Pope Francis has named Auxiliary Bishop Thomas A. Daly of San Jose, California, to head the Diocese of Spokane, Washington, and Conventual Franciscan Father John Stowe to be bishop of Lexington, Kentucky.
Bishop Daly, 54, has been an auxiliary of the San Jose Diocese since 2011. Bishop-designate Stowe is a vicar provincial for his community and rector of the Basilica and National Shrine of Our Lady of Consolation in Carey, Ohio.
The appointments were announced March 12 in Washington by Archbishop Carlo Maria Vigano, apostolic nuncio to the United States.
Bishop Daly will be installed in Spokane May 20. The date and time of Bishop-designate Stowe’s episcopal ordination and installation in Lexington has not been announced.
San Jose Bishop Patrick J. McGrath in congratulating Bishop Daly on his appointment called him a true collaborator and co-worker as “shepherd of the flock of the Lord.”
“I will miss Bishop Daly greatly, but I know that he will be a loving shepherd of the church now entrusted to his care,” he said.
Bishop Daly was born April 30, 1960, in San Francisco. He earned a bachelor’s degree from the University of San Francisco in 1982; a master’s degree in divinity from St. Patrick’s Seminary in Menlo Park, California, in 1987; and a second master’s degree, this time in education, from Boston College in 1996.
He was ordained a priest of the Archdiocese of San Francisco in 1987. After ordination, he served in various capacities, including parochial vicar, teacher, campus minister and chaplain over the first 16 years of his priestly ministry.
Bishop Daly became vocations director for the archdiocese in 2002 and president of Marin Catholic High School in 2003, serving in both capacities until Pope Benedict XVI named him auxiliary bishop of the Diocese of San Jose in 2011, becoming the diocese’s first auxiliary bishop. With his appointment to Spokane, he succeeds Archbishop Blase J. Cupich, who was appointed archbishop of Chicago last September.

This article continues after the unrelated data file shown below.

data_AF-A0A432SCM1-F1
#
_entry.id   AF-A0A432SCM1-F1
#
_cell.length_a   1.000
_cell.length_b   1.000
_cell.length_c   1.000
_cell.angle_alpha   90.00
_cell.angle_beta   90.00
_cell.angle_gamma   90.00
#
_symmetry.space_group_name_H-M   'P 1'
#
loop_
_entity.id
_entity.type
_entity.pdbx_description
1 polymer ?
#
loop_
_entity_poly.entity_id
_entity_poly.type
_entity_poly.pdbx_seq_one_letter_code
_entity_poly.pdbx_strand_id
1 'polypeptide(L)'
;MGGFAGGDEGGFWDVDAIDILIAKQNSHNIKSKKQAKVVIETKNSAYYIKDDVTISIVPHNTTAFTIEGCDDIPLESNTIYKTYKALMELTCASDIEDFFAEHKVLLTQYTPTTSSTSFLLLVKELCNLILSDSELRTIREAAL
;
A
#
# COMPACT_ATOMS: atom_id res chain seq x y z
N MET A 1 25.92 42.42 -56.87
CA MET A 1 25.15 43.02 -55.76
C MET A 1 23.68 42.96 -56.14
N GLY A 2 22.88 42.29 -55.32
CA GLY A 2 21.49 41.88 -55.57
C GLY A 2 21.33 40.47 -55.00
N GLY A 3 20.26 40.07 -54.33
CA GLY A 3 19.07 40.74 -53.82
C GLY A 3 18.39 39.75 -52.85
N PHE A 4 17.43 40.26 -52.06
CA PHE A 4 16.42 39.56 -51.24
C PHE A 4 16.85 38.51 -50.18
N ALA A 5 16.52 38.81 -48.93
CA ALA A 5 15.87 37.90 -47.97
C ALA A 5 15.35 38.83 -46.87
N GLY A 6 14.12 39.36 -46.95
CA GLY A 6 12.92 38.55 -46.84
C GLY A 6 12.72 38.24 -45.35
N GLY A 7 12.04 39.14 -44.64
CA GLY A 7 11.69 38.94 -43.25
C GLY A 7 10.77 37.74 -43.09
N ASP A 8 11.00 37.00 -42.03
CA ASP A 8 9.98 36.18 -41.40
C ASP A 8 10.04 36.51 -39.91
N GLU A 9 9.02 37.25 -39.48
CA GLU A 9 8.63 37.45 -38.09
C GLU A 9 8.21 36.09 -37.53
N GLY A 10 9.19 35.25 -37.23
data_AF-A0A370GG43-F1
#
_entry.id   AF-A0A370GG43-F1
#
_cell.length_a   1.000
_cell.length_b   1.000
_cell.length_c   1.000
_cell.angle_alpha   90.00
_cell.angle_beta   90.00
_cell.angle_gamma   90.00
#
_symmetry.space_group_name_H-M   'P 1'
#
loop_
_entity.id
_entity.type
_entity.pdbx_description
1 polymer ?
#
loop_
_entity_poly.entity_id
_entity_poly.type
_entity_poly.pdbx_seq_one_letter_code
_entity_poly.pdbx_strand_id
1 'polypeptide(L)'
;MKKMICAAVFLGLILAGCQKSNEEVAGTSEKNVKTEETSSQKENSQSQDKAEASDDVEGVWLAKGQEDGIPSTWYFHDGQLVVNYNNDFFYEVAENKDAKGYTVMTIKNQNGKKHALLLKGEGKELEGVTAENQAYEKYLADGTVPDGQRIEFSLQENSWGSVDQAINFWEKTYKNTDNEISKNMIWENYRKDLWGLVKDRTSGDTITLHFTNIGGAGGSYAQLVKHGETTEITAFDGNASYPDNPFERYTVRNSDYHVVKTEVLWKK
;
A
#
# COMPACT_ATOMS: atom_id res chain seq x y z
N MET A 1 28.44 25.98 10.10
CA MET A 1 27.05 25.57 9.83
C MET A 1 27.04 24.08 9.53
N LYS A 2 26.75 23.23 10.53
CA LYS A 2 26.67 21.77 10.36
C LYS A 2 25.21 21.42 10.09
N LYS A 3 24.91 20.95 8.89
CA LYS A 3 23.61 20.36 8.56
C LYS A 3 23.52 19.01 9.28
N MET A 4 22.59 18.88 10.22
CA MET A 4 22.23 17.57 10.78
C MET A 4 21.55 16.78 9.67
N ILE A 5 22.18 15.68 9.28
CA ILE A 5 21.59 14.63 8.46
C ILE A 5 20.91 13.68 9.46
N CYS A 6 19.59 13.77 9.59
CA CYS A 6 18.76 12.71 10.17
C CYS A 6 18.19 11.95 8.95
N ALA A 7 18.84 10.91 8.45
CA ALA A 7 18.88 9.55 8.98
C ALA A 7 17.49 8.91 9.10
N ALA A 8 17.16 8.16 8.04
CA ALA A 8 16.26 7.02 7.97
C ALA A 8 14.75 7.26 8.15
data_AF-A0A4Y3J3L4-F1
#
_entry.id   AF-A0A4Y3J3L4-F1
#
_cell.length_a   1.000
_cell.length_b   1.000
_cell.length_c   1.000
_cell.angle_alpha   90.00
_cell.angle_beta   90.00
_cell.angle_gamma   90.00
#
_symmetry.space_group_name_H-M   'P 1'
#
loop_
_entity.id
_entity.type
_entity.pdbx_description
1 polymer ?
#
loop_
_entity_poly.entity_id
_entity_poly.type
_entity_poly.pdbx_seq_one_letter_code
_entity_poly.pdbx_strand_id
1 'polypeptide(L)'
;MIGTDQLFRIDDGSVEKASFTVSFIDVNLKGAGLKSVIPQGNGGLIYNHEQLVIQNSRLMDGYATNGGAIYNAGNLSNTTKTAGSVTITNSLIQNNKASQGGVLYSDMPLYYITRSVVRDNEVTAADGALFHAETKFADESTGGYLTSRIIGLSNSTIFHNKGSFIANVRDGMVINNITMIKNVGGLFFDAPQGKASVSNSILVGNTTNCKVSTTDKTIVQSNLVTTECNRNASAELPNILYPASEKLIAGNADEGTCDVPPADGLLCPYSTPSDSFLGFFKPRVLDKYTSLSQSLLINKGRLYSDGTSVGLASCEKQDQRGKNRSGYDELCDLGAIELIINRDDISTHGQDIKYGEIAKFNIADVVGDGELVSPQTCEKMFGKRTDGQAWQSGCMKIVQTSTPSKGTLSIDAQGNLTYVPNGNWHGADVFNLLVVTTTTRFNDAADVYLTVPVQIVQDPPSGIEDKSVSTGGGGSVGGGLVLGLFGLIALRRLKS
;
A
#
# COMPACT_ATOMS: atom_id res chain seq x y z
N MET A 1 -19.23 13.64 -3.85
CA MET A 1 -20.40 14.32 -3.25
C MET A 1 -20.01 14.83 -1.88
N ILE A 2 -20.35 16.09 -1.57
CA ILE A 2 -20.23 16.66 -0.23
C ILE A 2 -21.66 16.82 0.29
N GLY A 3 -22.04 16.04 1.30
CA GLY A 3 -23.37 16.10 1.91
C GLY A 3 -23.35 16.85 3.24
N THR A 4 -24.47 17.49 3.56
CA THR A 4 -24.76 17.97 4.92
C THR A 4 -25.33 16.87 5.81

Bishop-designate Stowe was born April 15, 1966, in Amherst, Ohio. He earned a bachelor’s degree from St. Louis University in 1990; a master’s degree in divinity from Jesuit School of Theology in Berkeley, California, in 1993; and a licentiate in sacred theology from Jesuit School of Theology in 1995.
He made his solemn profession to the Conventual Franciscans, in the Ohio-based Our Lady of Consolation Province, in 1992, and was ordained a priest in 1995.
Following ordination, he served as associate pastor (1995-97), administrator (1997-2000) and pastor (2000-03) of Our Lady of Mount Carmel Parish in El Paso, Texas. He served as vicar general (2003-10) and chancellor (2008-10) of the Diocese of El Paso, while also serving as administrator of Our Lady of the Valley Parish (2006-2010).
He was elected vicar provincial of his congregation’s Province of Our Lady of Consolation based in Mount St. Francis, Indiana, and has served as rector of the Basilica and National Shrine of Our Lady of Consolation in Cary, Ohio, since 2010.
In September 2001, he was one of 2,000 religious and lay leaders of various faiths across the United States who signed a statement urging Americans to deny any claim to victory by the terrorists behind the 9/11 attacks that took place less than two weeks earlier.
“We can deny them their victory by refusing to submit to a world created in their image. Terrorism inflicts not only death and destruction but also emotional oppression to further its aims,” the statement said. “We must not allow this terror to drive us away from being the people God has called us to be. We assert the vision of community, tolerance, compassion, justice, and the sacredness of human life, which lies at the heart of all our religious traditions.”
In Lexington, he succeeds Bishop Ronald W. Gainer, who was appointed bishop of Harrisburg, Pa., in January 2014.
News of Bishop-designate Stowe’s appointment “brought me great joy,” said Bishop Gainer in a March 12 statement. “I welcome him as a brother bishop and wish him every blessing as he prepares to shepherd the wonderful Diocese of Lexington.” He added, “The appointment of a Conventual Franciscan friar is especially significant as the Catholic Church observes the Year for Consecrated Life.”